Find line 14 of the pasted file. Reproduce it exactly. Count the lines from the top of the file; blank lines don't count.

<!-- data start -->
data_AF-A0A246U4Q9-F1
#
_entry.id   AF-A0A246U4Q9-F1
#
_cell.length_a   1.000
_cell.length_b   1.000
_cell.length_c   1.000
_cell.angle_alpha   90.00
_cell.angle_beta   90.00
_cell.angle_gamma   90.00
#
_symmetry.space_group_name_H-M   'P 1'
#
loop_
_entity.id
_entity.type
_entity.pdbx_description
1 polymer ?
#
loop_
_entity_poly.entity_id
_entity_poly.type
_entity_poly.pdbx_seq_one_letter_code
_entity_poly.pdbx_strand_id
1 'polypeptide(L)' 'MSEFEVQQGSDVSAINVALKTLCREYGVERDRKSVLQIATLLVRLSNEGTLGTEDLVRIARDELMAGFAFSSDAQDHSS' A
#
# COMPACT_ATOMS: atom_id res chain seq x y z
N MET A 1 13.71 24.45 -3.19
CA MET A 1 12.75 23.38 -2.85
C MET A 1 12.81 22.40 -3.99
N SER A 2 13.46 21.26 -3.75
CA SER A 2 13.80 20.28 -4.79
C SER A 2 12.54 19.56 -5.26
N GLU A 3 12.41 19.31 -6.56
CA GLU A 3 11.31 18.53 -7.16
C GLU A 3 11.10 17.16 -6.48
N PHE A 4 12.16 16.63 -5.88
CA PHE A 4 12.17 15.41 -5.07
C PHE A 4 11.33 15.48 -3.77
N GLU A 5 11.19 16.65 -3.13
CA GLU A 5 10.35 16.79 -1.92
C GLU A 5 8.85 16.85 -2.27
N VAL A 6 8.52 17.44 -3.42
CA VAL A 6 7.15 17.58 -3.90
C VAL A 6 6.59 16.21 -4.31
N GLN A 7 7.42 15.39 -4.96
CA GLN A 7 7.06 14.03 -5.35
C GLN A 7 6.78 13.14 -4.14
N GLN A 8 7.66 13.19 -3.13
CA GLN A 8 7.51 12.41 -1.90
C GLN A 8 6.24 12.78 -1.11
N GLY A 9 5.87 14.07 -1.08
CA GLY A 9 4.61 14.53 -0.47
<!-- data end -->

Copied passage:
loop_